The Phillies don't seem to have a clue what they are doing. Adding Michael Young and Delmon Young to be everyday players is only going to make the defense worse and won't do much for the offense. Domonic Brown has a better swing, but should we have any expectation for him as an everyday player right now?
At least Chase Utley is healthy and looking like his old, outstanding self. This team needs Cole Hamels, Cliff Lee and Roy Halladay to be on top of their game all year to have a shot at competing for a playoff spot. Considering what we have seen from the latter this spring—including a fastball that is not hitting 90 mph—the window appears to be closing fast in Philadelphia.
The Mets and Marlins will be bringing up the rear of the division. At least New York has a few young pieces worth watching who will play a part in the team's future. Matt Harvey is already in the rotation, with Zack Wheeler not far behind in Triple-A. Catcher Travis d'Arnaud, one of the key pieces in the R.A. Dickey trade, will get called up as soon as he proves he can stay healthy.
Miami owner Jeffrey Loria is so busy working spin control after 12 months of trading virtually every valuable asset the team has not named GIancarlo Stanton, to the point where he doesn't even know the names of the players on the field.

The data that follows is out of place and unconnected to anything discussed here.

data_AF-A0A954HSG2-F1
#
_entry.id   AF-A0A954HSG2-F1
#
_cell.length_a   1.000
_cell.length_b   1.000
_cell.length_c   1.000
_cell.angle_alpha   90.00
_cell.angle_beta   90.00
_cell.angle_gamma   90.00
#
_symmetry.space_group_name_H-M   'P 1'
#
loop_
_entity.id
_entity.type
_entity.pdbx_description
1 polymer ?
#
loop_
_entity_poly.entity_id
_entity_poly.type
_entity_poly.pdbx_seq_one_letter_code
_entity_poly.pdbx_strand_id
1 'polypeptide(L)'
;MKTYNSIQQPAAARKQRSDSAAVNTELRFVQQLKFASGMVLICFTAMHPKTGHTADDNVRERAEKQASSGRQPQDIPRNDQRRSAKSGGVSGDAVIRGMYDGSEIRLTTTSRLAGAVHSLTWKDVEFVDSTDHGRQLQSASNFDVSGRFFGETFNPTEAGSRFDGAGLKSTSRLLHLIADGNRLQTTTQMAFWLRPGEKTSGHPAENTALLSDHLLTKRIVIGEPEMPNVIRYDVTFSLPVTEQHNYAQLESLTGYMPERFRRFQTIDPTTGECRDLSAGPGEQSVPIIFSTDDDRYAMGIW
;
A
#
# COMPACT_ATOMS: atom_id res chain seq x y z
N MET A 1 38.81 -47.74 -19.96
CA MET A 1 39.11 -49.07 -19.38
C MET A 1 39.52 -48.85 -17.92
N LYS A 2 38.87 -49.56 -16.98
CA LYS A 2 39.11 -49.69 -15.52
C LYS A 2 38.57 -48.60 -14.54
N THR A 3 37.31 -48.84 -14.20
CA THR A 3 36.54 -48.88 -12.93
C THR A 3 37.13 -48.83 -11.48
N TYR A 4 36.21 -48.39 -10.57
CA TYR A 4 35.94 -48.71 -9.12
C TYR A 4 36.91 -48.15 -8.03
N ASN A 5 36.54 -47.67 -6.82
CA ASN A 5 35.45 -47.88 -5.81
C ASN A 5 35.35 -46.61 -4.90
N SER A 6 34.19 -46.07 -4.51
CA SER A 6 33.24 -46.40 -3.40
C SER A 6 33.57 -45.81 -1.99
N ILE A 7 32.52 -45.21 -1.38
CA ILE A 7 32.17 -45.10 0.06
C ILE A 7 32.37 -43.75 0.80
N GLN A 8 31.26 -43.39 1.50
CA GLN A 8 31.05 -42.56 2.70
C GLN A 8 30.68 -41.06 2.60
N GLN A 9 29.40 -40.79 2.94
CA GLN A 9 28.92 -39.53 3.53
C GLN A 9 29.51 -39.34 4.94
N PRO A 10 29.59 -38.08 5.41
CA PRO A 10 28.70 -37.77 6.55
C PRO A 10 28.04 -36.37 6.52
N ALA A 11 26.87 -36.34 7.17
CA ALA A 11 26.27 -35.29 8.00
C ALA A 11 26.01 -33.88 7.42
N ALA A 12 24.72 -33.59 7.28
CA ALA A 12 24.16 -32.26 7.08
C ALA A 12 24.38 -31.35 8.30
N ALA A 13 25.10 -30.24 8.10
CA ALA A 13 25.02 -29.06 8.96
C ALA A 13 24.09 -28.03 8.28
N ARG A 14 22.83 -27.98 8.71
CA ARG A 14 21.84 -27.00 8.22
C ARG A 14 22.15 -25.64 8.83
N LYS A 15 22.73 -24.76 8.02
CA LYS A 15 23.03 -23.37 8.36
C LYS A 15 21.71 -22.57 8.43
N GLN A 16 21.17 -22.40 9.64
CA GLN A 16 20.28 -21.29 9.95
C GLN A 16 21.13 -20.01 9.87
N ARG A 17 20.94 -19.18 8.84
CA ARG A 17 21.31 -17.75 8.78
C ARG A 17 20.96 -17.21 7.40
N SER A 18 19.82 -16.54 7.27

National League Central
St. Louis has the talent and depth to reclaim its perch atop the NL Central in 2013.
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|NATIONAL LEAGUE CENTRAL|
|1. St. Louis Cardinals 92-70|
|2. Cincinnati Reds 91-71*|
|3. Milwaukee Brewers 81-81|
|4. Pittsburgh Pirates 78-84|
|5. Chicago Cubs 74-88|
*Denotes Wild Card
The National League Central is very top-heavy, with the Cardinals and Reds clearly the class of the division and everyone else fighting for scraps.
There really isn't a lot of separation between St. Louis and Cincinnati heading into the season, though the Cardinals do get a slight advantage because of the depth in their farm system. Injuries are going to happen, players will be called up, and when they do, which team has more impact at their disposal?
No team can match what St. Louis has in the farm system right now, with as many as five high-level prospects close to the big leagues already, led by Oscar Taveras. That number doesn't include Shelby Miller and Trevor Rosenthal, both of whom made the big league team out of spring training.
Cincinnati made the decision to keep Aroldis Chapman in the closer's role, basically ending any chance he will ever become a starter in the big leagues. That does hurt the upside of their rotation, though Johnny Cueto is very good at the top and Mat Latos is solid behind him.